The extent of the Karri forest around here is very impressive and although the clear views are obstructed by the undergrowth, there is one spot where you can fight your way through to a log and stare out over the "Valley of the Karris", a thick green depression to the east where the golden trunks of the Karri rise from the well watered ground up towards the heavens. As the afternoon wore on I spent time in different areas, just sitting and enjoying the peaceful landscape. I even had a bit of a play with the ukulele that the maintenance volunteer has left with a songbook for those that know what they're doing (thanks Mr McGrath). As I was sitting in one of the well hidden tent sites I heard a bit of a rumble and when I returned to the shelter I found a fellow hiker had arrived. Brett was a teacher from Perth that was visiting a friend in Albany and had decided to park up at Chesapeake Rd and stay the night on his way home. A previous end to ender, this was a favourite campsite of his and I have to say it was quickly becoming one of mine.

As the afternoon wore on I could see the skies starting to change colour and kept ducking down to the lake to take more photos. As the sunset was in full swing I prepared dinner and went and sat on one of the Paperbarks leaning into the water, just sitting there enjoying some Mung Bean Fettuccine with Red Pepper Pesto and Cashews (it was super yum) and listening to the sounds of the lake. With a muted but beautiful light show over the course of an hour or so the sky changed from deep blue to a combo of orange and blue to a afterglow of purple and orange. While some clouds on the horizon would have certainly livened things up, I wasn't going to complain with clear skies, little to no breeze and plenty of colour. Brett had started a fire so I went and joined him to chat about the track, life back home and what we enjoyed about hiking. With the clear skies and new moon I was fairly confident I was going to be in for a good night sky and sure enough I could see the Milky Way disc very clearly overhead. 


I didn't have my tripod with me so had to improvise with a piece of firewood to prop up the lens but I managed to get it to work. After some trial and error with the ISO, shutter length and focus I finally struck gold with some shots I was happy with. Framing the reeds and the Paperbarks was what I had in mind with the core of the Milky Way rising over the lake so to see it on the screen in pretty good detail made me very happy. There's nothing like that feeling of waiting for the shutter to close, just looking up at the night sky and Lake Maringup had the bonus of the sound of distant waves crashing (you aren't that far away from the ocean here). A night I'll never forget and the astrophotography really was the cherry on top of a fantastic day. Not long after I returned to the fire we saw lights down by the lake as a Swiss couple had arrived after doubling from Mt Chance. It struck both Brett and I as weird that you choose to walk the track and then miss out on seeing some of the best campsites during the daylight hours. Each to their own I guess.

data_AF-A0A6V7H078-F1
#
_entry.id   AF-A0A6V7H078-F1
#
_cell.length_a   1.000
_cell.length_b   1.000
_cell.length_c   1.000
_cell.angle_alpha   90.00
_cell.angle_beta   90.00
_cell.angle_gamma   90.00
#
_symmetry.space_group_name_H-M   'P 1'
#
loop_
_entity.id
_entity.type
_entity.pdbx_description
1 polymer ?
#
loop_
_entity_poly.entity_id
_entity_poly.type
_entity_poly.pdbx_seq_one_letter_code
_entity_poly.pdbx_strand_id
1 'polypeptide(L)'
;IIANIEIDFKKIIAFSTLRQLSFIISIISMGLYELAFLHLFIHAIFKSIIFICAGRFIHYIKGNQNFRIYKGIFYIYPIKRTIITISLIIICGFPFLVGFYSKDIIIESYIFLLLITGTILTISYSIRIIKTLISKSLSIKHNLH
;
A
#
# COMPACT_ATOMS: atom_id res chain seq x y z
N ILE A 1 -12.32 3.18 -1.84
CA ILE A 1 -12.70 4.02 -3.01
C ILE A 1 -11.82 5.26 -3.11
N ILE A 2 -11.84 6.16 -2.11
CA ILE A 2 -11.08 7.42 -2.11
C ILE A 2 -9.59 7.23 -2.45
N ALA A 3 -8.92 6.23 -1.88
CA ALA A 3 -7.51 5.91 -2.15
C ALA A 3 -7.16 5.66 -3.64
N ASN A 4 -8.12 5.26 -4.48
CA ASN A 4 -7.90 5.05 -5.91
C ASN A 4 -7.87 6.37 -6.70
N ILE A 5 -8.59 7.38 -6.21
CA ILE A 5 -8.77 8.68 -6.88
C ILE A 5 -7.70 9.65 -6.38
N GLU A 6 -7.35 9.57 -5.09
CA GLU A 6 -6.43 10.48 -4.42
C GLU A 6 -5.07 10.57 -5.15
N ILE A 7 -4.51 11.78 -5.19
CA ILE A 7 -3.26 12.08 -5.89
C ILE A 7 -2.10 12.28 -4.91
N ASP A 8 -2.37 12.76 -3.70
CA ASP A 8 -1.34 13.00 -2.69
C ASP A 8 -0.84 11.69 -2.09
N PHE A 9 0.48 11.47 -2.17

Final Thoughts - You can be told that a campsite is fantastic and it can be hyped up so much that you start to get cynical that it could be as good as described. Lake Maringup was everything I had been told and so much more. 


A very unique spot in WA that I'm glad that you can only walk in and experience it because that feeling of isolation certainly is one of the features that makes it so great. It also helps that it's in the middle of a fantastic piece of Karri forest, it's on the edge of a pretty large lake filled with all kinds of wildlife and has next to no light pollution. 


While the walking into Lake Maringup avoids the Gardner River way too much for my liking, there is plenty of variety to keep you interested and is a good preparation for the days to come in terms of not expecting the same scenery for long stretches. 


I'm very thankful that the Karri forest from the Gardner River Bridge onwards escaped the fire as you get a good feeling for what this section must have been like before the fire along with providing hope for the future.


Although I'm not quite finished with the track at the time of writing, I'm fairly confident this will be a Top 3 campsite for me. I really lucked out with the conditions but even so, there is a majesty to this place that words could never describe.   

Get out there and experience it!!!